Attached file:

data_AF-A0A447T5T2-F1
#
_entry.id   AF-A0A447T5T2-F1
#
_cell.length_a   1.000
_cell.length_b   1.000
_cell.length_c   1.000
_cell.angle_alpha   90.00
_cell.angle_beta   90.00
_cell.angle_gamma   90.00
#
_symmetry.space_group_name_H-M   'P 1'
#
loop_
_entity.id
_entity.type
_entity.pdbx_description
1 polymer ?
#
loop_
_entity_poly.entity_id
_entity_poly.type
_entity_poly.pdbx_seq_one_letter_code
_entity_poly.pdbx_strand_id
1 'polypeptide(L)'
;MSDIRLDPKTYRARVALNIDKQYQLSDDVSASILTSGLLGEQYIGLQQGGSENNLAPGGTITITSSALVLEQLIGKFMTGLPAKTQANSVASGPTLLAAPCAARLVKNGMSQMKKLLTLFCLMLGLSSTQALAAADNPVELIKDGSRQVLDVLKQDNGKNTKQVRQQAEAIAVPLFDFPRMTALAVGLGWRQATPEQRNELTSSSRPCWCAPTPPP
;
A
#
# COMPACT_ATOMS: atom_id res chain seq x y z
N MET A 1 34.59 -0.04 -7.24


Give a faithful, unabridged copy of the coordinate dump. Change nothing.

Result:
data_AF-A0A447T5T2-F1
#
_entry.id   AF-A0A447T5T2-F1
#
_cell.length_a   1.000
_cell.length_b   1.000
_cell.length_c   1.000
_cell.angle_alpha   90.00
_cell.angle_beta   90.00
_cell.angle_gamma   90.00
#
_symmetry.space_group_name_H-M   'P 1'
#
loop_
_entity.id
_entity.type
_entity.pdbx_description
1 polymer ?
#
loop_
_entity_poly.entity_id
_entity_poly.type
_entity_poly.pdbx_seq_one_letter_code
_entity_poly.pdbx_strand_id
1 'polypeptide(L)'
;MSDIRLDPKTYRARVALNIDKQYQLSDDVSASILTSGLLGEQYIGLQQGGSENNLAPGGTITITSSALVLEQLIGKFMTGLPAKTQANSVASGPTLLAAPCAARLVKNGMSQMKKLLTLFCLMLGLSSTQALAAADNPVELIKDGSRQVLDVLKQDNGKNTKQVRQQAEAIAVPLFDFPRMTALAVGLGWRQATPEQRNELTSSSRPCWCAPTPPP
;
A
#
# COMPACT_ATOMS: atom_id res chain seq x y z
N MET A 1 34.59 -0.04 -7.24